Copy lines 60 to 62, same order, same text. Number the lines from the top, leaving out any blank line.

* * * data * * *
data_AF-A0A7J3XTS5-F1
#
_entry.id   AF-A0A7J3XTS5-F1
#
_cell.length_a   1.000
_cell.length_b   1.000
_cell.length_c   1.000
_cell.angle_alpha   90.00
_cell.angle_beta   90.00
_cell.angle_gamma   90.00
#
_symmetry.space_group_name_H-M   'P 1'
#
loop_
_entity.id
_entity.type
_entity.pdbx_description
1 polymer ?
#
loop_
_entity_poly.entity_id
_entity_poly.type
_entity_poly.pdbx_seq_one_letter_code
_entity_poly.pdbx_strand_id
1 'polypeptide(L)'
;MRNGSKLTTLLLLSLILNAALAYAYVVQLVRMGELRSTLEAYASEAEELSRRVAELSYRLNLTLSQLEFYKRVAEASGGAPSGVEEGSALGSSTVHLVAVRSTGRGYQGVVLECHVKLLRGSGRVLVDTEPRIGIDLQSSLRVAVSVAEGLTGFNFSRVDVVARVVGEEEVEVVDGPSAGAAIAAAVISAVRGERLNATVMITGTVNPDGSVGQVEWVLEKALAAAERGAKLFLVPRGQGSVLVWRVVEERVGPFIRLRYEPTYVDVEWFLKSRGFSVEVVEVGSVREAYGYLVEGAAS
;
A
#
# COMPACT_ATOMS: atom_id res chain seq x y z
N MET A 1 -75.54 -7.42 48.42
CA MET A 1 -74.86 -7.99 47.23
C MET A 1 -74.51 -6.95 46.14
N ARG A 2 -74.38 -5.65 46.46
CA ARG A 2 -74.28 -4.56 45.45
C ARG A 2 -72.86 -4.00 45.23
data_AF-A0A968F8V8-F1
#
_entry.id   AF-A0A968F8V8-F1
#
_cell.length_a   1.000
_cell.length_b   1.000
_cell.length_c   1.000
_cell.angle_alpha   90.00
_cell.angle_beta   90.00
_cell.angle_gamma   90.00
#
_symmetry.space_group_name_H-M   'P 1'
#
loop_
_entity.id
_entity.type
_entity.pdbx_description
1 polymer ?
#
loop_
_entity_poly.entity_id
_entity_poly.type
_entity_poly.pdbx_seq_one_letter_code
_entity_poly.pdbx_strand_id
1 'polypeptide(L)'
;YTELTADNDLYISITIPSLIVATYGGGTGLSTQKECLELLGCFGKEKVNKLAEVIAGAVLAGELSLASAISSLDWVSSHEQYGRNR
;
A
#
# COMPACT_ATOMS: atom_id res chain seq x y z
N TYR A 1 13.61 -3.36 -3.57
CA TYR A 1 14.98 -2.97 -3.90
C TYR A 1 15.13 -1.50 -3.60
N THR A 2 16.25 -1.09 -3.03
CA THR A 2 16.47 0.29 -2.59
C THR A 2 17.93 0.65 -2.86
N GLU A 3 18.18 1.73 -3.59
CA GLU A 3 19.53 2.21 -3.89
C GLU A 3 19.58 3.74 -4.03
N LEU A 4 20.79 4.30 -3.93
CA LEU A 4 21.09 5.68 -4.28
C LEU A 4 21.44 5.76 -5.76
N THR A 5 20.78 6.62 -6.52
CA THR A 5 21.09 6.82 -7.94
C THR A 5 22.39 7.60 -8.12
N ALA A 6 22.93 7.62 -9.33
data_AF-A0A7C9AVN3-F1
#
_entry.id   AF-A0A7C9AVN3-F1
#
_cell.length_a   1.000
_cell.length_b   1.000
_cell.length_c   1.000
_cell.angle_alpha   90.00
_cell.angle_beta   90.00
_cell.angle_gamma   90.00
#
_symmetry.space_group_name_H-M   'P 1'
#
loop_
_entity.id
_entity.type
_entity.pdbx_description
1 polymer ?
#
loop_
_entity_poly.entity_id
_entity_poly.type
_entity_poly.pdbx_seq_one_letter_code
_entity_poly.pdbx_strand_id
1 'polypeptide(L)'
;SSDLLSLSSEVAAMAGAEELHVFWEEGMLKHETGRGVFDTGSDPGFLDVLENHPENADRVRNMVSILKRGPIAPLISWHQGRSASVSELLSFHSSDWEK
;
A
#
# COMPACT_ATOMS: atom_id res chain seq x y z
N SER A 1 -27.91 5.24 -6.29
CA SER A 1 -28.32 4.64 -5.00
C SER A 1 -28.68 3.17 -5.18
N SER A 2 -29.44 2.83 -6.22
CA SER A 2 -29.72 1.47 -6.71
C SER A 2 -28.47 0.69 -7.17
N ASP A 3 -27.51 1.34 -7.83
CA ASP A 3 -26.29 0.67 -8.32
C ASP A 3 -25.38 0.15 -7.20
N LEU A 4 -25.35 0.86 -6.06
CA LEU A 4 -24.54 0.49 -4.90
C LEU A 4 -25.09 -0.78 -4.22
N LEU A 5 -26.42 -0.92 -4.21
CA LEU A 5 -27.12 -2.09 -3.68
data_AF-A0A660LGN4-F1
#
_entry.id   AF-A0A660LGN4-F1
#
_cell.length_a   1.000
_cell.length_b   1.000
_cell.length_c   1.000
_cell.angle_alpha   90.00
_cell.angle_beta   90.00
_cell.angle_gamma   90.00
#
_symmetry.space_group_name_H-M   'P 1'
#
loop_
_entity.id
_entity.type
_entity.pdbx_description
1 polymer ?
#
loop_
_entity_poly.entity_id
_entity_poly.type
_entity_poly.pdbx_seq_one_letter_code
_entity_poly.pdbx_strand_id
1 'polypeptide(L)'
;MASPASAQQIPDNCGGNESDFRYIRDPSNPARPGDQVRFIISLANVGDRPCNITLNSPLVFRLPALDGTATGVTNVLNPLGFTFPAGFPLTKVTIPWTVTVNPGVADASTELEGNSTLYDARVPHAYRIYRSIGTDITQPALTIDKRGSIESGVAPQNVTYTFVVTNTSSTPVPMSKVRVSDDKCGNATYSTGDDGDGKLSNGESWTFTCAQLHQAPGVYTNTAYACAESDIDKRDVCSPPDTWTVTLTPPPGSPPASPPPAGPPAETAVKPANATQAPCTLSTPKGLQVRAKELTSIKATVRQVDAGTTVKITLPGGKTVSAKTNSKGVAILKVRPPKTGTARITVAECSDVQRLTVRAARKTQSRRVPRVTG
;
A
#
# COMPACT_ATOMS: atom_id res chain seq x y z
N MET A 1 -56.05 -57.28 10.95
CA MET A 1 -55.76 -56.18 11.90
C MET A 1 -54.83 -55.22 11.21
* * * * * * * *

_entity_poly.pdbx_strand_id
1 'polypeptide(L)'
;YTELTADNDLYISITIPSLIVATYGGGTGLSTQKECLELLGCFGKEKVNKLAEVIAGAVLAGELSLASAISSLDWVSSHEQYGRNR